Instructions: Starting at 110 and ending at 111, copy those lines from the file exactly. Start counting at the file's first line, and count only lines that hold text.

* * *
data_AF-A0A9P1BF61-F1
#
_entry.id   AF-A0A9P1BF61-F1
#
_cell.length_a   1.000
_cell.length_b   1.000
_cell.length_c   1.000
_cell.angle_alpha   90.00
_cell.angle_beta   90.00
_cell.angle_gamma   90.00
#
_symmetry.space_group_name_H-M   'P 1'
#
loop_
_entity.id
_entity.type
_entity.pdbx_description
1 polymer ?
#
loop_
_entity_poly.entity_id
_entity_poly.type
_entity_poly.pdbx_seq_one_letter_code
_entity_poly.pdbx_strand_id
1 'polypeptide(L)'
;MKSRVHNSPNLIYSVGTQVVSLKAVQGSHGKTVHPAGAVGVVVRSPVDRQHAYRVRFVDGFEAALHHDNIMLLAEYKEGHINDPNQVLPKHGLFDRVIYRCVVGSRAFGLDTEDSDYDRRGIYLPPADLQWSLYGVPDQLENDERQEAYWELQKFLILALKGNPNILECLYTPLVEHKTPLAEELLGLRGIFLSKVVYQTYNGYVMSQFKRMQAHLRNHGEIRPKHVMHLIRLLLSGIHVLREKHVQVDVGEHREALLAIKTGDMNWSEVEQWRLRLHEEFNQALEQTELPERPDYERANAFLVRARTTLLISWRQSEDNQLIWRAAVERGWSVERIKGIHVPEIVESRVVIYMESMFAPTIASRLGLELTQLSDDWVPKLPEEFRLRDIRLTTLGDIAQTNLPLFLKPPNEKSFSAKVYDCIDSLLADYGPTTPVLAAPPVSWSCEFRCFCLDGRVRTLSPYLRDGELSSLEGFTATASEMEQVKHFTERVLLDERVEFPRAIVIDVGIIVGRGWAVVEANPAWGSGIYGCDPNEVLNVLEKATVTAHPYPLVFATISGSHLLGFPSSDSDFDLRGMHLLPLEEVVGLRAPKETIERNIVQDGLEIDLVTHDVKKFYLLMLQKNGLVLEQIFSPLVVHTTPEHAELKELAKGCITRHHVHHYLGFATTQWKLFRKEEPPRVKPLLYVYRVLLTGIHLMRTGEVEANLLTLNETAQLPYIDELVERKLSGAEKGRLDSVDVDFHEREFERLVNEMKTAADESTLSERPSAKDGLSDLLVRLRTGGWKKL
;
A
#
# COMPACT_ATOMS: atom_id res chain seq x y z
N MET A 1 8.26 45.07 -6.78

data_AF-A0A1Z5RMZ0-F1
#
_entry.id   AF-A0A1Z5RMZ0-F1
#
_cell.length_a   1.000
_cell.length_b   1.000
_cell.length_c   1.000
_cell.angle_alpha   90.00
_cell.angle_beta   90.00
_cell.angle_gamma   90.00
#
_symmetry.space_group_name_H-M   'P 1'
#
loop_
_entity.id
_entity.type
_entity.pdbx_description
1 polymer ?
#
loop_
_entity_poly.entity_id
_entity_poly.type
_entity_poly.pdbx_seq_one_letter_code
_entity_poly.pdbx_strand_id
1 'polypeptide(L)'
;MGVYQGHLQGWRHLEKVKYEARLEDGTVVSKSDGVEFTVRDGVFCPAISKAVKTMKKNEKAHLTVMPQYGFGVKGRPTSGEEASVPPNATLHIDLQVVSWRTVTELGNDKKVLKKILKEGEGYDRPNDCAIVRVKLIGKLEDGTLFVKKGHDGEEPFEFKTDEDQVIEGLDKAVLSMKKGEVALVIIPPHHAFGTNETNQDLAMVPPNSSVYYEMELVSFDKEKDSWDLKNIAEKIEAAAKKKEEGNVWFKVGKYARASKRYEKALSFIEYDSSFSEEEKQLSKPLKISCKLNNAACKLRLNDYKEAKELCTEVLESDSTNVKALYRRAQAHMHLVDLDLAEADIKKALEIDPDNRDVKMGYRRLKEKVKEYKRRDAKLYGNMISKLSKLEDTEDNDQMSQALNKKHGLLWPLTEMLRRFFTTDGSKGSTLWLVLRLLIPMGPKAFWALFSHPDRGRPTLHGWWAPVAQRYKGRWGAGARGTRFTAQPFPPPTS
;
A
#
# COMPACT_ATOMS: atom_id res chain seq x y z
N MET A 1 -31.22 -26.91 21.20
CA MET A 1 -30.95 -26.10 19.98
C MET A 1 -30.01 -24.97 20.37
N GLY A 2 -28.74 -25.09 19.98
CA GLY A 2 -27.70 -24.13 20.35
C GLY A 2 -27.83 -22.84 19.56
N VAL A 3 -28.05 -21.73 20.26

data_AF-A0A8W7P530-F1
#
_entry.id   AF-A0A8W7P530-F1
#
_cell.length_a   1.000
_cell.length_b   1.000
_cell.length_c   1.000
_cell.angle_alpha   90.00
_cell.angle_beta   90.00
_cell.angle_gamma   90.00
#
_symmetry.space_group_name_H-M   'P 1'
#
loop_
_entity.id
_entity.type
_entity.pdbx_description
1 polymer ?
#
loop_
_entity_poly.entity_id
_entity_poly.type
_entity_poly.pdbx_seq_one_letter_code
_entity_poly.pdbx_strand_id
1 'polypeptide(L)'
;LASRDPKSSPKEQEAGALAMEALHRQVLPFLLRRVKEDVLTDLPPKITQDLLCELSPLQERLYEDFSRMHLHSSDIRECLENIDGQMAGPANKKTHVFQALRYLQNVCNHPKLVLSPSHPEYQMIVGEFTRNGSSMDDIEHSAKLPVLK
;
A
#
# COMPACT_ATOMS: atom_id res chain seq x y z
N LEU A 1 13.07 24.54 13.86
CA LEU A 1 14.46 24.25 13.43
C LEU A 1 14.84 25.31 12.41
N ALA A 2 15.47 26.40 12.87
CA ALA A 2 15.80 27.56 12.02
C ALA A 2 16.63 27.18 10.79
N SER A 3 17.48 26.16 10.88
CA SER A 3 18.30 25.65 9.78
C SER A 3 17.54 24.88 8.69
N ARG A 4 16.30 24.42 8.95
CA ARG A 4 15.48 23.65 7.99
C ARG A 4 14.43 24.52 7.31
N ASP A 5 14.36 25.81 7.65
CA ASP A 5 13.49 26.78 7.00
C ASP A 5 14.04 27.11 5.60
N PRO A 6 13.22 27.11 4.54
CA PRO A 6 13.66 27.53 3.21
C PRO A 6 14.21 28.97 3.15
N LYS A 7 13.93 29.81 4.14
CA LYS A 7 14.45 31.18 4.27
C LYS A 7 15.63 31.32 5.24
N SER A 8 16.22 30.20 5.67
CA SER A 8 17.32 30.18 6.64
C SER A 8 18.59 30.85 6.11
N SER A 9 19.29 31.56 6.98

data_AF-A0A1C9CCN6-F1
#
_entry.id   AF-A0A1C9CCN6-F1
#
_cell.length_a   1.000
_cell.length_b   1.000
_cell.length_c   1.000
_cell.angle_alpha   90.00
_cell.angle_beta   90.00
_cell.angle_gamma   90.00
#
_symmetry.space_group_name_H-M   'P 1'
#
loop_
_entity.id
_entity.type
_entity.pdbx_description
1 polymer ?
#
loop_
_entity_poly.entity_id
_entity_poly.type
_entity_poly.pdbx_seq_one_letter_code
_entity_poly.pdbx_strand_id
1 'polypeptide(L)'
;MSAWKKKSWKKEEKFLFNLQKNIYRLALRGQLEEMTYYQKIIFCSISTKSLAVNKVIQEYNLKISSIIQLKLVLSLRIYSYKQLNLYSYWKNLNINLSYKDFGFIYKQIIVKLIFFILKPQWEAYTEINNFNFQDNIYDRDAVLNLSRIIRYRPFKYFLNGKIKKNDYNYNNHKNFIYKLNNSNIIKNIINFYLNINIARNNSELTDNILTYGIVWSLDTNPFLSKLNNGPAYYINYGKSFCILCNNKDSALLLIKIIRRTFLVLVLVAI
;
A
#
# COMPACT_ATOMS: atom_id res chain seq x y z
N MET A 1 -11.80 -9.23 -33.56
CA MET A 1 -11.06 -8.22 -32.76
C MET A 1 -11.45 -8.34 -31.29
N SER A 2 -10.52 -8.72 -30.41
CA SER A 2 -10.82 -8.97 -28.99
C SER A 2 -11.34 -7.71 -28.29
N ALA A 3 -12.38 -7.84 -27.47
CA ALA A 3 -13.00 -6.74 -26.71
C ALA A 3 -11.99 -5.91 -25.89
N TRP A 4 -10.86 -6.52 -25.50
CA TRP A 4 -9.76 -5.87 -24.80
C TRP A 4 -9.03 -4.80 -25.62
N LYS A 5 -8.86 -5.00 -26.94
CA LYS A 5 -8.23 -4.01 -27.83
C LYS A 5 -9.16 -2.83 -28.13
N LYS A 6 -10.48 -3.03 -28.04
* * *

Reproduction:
C ARG A 4 14.43 24.52 7.31
N ASP A 5 14.36 25.81 7.65